NEW YORK (AdAge.com) -- As radio continues to increase its audience each year -- gaining more than 3 million listeners in 2008 alone -- its ad support has not kept pace. Not only did ad revenue continue a steady decline in 2008, finishing the third quarter with an 8% decrease, according to TNS Media Intelligence, the talent pool for radio advertising is getting shallower as well.
Aiming help change that is the Radio Advertising Bureau, which is establishing its first radio-advertising curriculum as part of a new partnership with the Virginia Commonwealth University BrandCenter in Richmond, Va. As part of the partnership, the RAB has pledged $250,000 to the school, donating $50,000 annually for the next five years.
Jeff Haley, president-CEO of the RAB, said VCU was singled out for its status at the top of the ad industry's portfolio schools, where radio is traditionally an afterthought.
"Creative is a long-standing problem with our business, because for too long it's been relegated to the back benches of the major creative agency teams," he said. "Radio represents what I call working media. It's very efficient, very effective, and we're certainly seeing a renewed emphasis on working media going into 2009. We want radio creative to be at the forefront of that."
Rick Boyko, managing director of the VCU BrandCenter, echoed Mr. Haley's thoughts on radio's perceived obsolescence. "It's still a terrific medium that's been underleveraged creatively. A lot of agency creatives would rather work in the digital space or on TV than really focus on radio," he said. "One of the challenges is to get people to want to write for radio in a much bigger way. Instead of it being, 'We'll do this campaign, and we'll do TV spot X, Y and Z,' radio can sometimes be the key driver."
The new curriculum will be integrated across a variety of workshops with top agencies in major markets, as well as the RAB's partnership with the Radio Mercury Awards, held in June, which recognize excellence in audio creative.
Mr. Boyko cited Anheuser-Busch's "Real Men of Genius" and Motel 6's "We'll leave the light on for you" as examples of radio campaigns students should aspire to. "Those were campaigns people have made careers out of, written specifically for radio. This offers a real opportunity for students to look at the medium in a different way."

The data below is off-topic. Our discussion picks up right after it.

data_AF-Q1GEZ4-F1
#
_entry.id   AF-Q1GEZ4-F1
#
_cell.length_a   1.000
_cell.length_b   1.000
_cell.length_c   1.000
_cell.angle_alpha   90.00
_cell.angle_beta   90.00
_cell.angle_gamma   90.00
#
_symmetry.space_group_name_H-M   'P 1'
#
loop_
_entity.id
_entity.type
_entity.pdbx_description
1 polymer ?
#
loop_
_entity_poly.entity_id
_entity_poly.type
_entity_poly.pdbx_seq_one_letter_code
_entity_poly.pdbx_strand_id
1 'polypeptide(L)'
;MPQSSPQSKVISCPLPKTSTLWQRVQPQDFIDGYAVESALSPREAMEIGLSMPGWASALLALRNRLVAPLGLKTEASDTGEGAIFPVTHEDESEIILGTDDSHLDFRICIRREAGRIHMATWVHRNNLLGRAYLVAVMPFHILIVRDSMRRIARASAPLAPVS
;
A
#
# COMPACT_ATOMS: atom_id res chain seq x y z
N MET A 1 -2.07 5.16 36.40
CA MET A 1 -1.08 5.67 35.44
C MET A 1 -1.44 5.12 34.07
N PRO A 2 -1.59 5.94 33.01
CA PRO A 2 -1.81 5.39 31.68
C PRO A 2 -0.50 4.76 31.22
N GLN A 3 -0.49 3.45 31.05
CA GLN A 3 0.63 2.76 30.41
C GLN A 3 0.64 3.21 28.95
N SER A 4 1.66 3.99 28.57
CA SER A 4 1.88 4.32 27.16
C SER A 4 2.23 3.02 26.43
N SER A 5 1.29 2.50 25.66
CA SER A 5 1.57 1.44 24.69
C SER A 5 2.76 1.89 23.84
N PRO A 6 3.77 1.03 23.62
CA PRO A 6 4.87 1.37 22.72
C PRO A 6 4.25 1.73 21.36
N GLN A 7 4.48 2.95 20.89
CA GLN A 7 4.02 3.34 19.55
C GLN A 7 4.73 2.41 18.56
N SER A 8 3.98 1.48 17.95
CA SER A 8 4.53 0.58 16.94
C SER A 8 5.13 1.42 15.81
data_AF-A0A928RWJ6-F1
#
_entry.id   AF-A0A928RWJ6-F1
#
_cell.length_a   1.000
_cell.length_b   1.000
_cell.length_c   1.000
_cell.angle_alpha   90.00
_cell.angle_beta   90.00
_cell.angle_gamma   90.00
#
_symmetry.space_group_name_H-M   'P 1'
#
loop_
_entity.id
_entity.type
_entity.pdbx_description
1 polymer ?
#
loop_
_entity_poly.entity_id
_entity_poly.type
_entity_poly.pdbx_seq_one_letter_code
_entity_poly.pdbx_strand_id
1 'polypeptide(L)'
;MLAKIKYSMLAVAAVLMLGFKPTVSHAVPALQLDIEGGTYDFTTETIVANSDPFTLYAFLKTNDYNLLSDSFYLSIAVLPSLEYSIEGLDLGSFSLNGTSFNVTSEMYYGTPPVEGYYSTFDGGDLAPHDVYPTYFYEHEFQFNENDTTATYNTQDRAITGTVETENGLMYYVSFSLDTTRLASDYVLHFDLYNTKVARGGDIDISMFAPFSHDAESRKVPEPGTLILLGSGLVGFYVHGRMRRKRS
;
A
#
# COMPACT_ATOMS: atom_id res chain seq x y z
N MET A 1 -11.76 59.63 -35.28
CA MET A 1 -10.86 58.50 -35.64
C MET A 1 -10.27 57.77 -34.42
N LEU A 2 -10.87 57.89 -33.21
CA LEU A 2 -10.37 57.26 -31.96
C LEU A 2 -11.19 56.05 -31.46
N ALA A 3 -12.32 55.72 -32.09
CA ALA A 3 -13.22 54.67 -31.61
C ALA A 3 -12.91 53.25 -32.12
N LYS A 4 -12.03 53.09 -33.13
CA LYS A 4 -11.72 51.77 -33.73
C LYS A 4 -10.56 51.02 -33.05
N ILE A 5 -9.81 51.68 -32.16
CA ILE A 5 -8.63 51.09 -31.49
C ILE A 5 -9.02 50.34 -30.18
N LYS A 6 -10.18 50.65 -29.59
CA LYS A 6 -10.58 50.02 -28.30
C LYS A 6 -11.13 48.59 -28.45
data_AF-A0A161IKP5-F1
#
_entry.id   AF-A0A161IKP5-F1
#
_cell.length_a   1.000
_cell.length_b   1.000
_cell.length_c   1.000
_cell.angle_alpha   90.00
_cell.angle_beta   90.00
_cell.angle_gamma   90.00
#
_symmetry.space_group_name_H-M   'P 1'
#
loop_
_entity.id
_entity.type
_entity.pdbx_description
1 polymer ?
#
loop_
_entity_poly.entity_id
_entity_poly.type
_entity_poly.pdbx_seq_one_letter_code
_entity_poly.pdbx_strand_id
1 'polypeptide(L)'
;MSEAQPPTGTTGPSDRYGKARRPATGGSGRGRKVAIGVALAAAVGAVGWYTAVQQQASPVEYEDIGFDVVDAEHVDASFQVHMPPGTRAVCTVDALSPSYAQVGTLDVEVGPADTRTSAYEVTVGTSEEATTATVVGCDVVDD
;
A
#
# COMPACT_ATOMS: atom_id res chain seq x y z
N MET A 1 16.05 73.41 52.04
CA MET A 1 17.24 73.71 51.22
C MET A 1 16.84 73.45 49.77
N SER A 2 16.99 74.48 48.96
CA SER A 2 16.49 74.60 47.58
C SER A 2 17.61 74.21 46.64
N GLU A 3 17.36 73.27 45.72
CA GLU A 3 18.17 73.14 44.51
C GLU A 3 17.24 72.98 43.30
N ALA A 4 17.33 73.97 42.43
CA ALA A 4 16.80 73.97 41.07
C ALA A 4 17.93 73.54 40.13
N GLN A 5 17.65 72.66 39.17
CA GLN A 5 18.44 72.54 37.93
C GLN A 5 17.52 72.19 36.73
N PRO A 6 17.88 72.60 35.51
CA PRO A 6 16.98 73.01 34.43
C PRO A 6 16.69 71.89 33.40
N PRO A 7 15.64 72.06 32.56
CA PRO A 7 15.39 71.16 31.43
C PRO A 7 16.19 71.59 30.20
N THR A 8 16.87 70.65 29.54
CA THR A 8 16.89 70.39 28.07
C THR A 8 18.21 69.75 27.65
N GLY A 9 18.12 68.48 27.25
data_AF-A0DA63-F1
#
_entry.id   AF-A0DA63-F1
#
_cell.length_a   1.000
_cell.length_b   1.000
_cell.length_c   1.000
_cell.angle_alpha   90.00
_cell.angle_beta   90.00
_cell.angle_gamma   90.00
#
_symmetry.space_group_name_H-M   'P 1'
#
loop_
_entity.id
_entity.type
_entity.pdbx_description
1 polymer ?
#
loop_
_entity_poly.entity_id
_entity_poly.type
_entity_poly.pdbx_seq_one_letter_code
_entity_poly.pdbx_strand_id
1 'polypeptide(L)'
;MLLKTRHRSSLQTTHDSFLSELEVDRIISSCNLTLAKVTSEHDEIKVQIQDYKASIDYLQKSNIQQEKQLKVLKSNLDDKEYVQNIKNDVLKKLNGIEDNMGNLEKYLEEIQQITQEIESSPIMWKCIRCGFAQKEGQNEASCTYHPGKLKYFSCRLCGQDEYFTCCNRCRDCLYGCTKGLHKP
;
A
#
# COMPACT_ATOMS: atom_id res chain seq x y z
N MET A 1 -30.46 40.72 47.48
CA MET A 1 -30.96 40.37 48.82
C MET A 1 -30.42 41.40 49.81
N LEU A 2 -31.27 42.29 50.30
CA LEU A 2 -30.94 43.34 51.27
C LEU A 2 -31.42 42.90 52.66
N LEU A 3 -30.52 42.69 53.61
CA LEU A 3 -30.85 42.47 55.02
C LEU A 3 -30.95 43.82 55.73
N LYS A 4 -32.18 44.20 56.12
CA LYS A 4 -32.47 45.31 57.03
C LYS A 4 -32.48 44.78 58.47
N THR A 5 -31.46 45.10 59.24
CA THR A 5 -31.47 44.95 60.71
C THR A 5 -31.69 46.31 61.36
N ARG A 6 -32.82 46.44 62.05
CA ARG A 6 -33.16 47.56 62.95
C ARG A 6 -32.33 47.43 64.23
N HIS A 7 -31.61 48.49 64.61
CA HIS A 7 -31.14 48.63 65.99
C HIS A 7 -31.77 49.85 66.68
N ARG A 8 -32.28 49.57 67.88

In-house creative teams
The paucity of talent on the agency side has forced the radio-station groups to equip their staffs with in-house creative teams to help produce ads for clients who don't have dedicated audio creative groups at their agencies. Katz Media Group, Clear Channel's ad-sales arm, which recently laid off 122 employees amid a sales-staff overhaul, is retooling its creative-services group to create customized campaigns for advertisers, following recent work for Walmart and Verizon Wireless.
Stu Olds, CEO of Katz Media Group, said the economics of the radio marketplace have made it so that both media sellers and media buyers have to be trained on all aspects of campaign execution, including on-air, digital and post-campaign analytics.
"We're looking for individuals who speak the same language, who we think are influencers," he said. "The agencies are our partner, and we've always looked at them that way. We try to bring them ideas and access to our assets that will allow them and our capabilities to do things that will benefit our clients."
For Mr. Haley, one immediate goal of the new curriculum is for radio to be prioritized among agencies. "Too often radio is left to whatever the audio track was on the video commercial, and that's just not effective. We think a specific focus on audio creative is going to be a benefit for both brands and agencies."